The economic indicators for May aren’t pretty, throwing up red flags that American job growth and factory output aren’t enough to carry the U.S. economy to recovery and forcing a critical look at the way the crisis has been managed. Although the economy was expected to add 175,000 jobs in May, private employers added only 38,000. At the same time, manufacturing output grew in May at the slowest pace since September 2009. Scholars and critics have noted the redistribution of American wealth toward the upper class, and the latest numbers demonstrate the compound problems faced by the shrinking middle class. High unemployment, low real estate values and maxed-out debt levels are choking millions of Americans even though corporate profits and stock prices have mostly recovered. The open secret is that big business has staked the bulk of its future growth on emerging economies, leaving struggling U.S. “consumers” to fend for themselves. — KDG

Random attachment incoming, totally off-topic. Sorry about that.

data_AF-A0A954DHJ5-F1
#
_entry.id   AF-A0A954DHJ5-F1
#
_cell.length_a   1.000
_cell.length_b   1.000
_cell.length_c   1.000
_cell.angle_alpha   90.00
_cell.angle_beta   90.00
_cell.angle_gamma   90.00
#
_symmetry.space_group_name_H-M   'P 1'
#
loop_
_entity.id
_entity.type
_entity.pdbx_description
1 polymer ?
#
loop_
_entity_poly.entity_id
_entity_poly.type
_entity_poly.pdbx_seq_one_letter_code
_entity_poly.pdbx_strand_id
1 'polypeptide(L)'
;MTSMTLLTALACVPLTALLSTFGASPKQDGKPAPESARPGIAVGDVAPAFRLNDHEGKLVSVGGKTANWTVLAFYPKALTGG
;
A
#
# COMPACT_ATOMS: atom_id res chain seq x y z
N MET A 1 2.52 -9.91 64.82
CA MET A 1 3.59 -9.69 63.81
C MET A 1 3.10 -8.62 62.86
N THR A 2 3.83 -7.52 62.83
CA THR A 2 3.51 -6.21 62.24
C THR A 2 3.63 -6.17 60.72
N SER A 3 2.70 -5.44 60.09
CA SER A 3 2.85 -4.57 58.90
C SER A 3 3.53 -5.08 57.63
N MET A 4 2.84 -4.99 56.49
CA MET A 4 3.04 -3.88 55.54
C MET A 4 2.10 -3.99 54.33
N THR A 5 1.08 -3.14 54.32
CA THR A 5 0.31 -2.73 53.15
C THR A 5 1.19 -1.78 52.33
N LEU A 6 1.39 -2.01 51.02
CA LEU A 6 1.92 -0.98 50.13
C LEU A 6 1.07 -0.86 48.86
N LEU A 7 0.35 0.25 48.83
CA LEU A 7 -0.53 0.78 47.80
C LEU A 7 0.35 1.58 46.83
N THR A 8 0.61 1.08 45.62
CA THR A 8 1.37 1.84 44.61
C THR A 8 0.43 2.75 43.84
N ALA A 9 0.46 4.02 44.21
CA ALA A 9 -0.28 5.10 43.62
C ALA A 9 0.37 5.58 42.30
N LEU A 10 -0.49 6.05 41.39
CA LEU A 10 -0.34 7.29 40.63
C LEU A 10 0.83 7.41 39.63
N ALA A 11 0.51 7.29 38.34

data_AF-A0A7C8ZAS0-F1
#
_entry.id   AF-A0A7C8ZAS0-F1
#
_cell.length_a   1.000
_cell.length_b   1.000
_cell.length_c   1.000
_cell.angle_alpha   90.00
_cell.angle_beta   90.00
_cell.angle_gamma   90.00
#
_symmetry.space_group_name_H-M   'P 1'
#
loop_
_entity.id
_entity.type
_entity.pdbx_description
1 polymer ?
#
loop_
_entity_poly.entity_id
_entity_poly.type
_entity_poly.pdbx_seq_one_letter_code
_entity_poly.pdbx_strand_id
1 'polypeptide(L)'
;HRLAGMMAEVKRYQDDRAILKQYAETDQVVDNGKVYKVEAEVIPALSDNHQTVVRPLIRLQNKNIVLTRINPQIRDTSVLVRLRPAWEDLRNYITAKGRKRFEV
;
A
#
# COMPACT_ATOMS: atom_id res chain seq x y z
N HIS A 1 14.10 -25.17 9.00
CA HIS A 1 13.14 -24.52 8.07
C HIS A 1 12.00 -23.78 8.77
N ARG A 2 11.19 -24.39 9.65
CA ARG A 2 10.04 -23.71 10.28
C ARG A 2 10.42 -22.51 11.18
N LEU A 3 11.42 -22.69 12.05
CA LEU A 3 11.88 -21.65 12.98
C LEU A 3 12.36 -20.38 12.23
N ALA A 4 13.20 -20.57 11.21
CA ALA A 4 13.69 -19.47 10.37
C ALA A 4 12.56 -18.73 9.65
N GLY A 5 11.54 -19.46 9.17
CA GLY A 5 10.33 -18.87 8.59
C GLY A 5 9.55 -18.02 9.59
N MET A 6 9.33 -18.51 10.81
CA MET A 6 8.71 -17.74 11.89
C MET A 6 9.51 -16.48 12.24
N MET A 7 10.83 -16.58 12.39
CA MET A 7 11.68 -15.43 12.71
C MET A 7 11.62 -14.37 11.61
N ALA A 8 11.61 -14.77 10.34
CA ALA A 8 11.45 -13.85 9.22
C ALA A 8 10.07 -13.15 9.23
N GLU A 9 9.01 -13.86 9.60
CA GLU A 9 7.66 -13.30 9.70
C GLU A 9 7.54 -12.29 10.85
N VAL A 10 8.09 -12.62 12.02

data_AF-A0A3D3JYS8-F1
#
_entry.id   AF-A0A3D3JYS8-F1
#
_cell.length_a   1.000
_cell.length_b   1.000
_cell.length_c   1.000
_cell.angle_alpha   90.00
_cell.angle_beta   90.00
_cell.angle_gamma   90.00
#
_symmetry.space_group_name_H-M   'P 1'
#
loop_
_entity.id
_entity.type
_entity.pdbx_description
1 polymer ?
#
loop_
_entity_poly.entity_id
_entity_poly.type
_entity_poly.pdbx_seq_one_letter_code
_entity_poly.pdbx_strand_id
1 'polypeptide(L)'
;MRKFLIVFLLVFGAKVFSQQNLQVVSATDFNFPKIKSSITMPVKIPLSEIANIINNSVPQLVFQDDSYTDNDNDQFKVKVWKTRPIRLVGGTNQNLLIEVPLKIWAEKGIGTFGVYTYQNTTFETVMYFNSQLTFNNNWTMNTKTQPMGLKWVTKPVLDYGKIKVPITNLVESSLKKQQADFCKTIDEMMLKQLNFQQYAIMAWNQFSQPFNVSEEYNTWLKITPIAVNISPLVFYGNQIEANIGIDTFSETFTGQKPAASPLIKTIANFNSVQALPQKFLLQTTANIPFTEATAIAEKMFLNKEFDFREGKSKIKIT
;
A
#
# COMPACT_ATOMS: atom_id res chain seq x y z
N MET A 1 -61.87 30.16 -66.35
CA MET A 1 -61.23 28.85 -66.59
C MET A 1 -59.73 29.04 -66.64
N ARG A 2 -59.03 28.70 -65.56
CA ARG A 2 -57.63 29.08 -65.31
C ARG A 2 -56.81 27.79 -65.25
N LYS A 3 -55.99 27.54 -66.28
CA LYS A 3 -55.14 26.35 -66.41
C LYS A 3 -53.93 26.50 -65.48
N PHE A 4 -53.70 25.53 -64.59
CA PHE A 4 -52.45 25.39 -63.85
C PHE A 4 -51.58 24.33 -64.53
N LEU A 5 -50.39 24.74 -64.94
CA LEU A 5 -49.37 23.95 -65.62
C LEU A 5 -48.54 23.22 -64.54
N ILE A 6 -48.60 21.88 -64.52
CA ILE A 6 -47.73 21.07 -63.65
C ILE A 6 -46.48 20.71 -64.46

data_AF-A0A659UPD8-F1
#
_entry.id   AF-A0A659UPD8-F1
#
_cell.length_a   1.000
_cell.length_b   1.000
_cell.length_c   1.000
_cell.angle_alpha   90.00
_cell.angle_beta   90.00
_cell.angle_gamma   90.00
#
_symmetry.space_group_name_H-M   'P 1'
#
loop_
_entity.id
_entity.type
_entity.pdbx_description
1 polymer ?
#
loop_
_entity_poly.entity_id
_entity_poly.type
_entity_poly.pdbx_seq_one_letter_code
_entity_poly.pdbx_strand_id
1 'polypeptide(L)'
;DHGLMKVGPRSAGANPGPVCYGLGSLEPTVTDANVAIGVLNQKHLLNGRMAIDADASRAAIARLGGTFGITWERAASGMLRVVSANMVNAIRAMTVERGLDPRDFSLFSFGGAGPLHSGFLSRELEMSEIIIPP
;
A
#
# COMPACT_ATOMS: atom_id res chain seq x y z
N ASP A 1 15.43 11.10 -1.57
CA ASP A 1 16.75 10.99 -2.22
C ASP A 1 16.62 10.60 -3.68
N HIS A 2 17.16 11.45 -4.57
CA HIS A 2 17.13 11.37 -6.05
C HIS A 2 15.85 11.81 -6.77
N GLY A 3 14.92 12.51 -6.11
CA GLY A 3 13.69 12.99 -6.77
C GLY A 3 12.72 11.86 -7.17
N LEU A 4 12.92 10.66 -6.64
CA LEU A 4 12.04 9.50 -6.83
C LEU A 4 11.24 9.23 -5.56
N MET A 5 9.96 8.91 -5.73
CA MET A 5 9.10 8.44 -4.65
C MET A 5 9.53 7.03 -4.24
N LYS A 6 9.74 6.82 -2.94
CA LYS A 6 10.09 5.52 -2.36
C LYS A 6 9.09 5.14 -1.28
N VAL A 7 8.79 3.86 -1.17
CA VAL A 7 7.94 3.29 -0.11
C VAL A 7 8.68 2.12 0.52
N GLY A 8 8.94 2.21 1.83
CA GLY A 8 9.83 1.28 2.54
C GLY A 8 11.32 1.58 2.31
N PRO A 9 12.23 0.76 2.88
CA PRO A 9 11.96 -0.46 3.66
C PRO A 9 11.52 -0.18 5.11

The job market’s already slow recovery looks to be losing momentum, and so is the manufacturing industry.

Private employers added just 38,000 jobs in May, down from 177,000 in April, according to payroll processor ADP. It’s the weakest result since September. The report may offer a preview of Friday’s more comprehensive job report from the Labor Department, which includes hiring by both private employers and the government.

“As far as we can tell, employers have hugely over-reacted to the surge in oil prices, which has slowed but not killed consumption,” said Ian Shepherdson, chief U.S. economist for High Frequency Economics.

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